‘Positive stress’ as dangerous as ‘negative’

Amid excitement, Ashdod man suffers heart attack shortly after giving a speech at his son’s wedding.

By
March 28, 2012 21:54
2 minute read.
GENNADY FARBER

GENNADY FARBER. (photo credit: Courtesy Kaplan Medical Center)

Happy excitement can sometimes be as dangerous as nervous excitement when it comes to heart attacks. Gennady Farber learned this recently at his son’s wedding, when after giving his speech the 55- year-old of Ashdod suffered a heart attack and was rushed to Rehovot’s Kaplan Medical Center.

Hospital catheterization unit director Dr. Oded Eisenberg said Wednesday that positive emotional experiences can cause heart problems in people at risk.

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Farber was attending the wedding of his 26-year-old son Alex – the first of his two children to get married – to Vika, who is studying to be a radiology technician at Kaplan.

The elder Farber was so overcome by excitement at the occasion that he suffered severe chest pain and was taken by ambulance from the wedding hall to the hospital. There, interventional cardiologists opened up a severely clogged coronary artery and introduced a stent to keep it open so oxygen-rich blood could reach the heart muscle.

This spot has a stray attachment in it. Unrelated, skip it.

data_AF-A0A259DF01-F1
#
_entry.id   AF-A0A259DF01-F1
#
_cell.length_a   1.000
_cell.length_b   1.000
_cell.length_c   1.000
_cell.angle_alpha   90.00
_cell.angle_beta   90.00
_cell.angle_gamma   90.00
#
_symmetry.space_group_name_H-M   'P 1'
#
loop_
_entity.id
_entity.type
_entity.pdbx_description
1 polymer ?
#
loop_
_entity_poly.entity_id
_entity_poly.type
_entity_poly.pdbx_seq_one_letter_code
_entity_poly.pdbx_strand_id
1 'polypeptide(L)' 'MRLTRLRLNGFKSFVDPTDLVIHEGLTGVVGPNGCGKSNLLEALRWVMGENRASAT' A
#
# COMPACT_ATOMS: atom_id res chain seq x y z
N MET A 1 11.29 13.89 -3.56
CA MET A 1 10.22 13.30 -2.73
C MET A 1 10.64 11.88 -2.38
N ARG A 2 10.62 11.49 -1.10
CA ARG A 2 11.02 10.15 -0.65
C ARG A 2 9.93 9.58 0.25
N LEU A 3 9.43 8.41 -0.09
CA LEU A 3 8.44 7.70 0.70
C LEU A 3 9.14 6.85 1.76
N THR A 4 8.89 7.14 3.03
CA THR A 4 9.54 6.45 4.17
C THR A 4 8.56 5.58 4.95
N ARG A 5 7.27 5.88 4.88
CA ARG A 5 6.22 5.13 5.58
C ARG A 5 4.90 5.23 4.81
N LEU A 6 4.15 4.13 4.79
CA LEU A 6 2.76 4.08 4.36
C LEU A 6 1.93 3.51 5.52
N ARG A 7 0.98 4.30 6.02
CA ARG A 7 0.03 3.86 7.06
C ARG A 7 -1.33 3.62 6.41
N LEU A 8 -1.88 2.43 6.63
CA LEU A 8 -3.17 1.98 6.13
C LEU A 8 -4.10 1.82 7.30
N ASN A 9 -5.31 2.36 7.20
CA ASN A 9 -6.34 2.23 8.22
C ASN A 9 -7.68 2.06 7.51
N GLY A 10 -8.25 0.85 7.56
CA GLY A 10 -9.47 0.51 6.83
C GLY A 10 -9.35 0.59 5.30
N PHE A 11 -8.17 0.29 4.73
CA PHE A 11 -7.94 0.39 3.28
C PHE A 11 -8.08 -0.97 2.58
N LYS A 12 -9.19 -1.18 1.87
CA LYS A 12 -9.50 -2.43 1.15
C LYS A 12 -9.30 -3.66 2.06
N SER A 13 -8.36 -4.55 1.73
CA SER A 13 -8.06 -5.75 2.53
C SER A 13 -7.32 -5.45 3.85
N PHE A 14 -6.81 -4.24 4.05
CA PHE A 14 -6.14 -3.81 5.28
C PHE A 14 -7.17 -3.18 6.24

The pain set in while he was dancing and began to sweat, said Gennady. “I tried not to let on that something was the matter so as not to ruin the wedding.” Then he started to give his speech, but says he could not continue. At the hospital, Farber was found to have a 99 percent blockage and that he had underdone a coronary infraction.

Farber’s wife, Yelena, who works as a nurse in Kaplan’s maternity ward, was by her husband’s side constantly. The married couple postponed their honeymoon to be with Farber during his recovery. About two weeks later, he was discharged to go home.

According to Eisenberg, research shows that emotional stress is similar to physical stress in causing fatty plaque inside coronary arteries to break off and clog the vessels completely or partially. “It doesn’t matter if the stress is positive or negative,” he explained. “It releases factors that can cause the blood vessels to contract, especially if the person has cardiac risk factors or known or hidden heart disease.”

The Kaplan cardiologist urged people with symptoms such as chest pains, sweating, difficulty breathing and/or nausea to call for help immediately.

Eisenberg’s unit performs 2,000 catheterizations, a procedure used to diagnose and treat some heart conditions, a year. Some 60% of patients undergo angioplasty (balloon therapy) immediately after being brought to the hospital, as in Farber’s case.

He advised all people over 40, or those over 35 with risk factors, to undergo scanning to see if their heart is in danger of suffering from clogs.

“There is no doubt that it was an unconventional wedding,” said Alex, an electrical engineer. He thanked the Kaplan staff for saving his father’s life. “The important thing is that Dad gets stronger and lives to see many grandchildren.”


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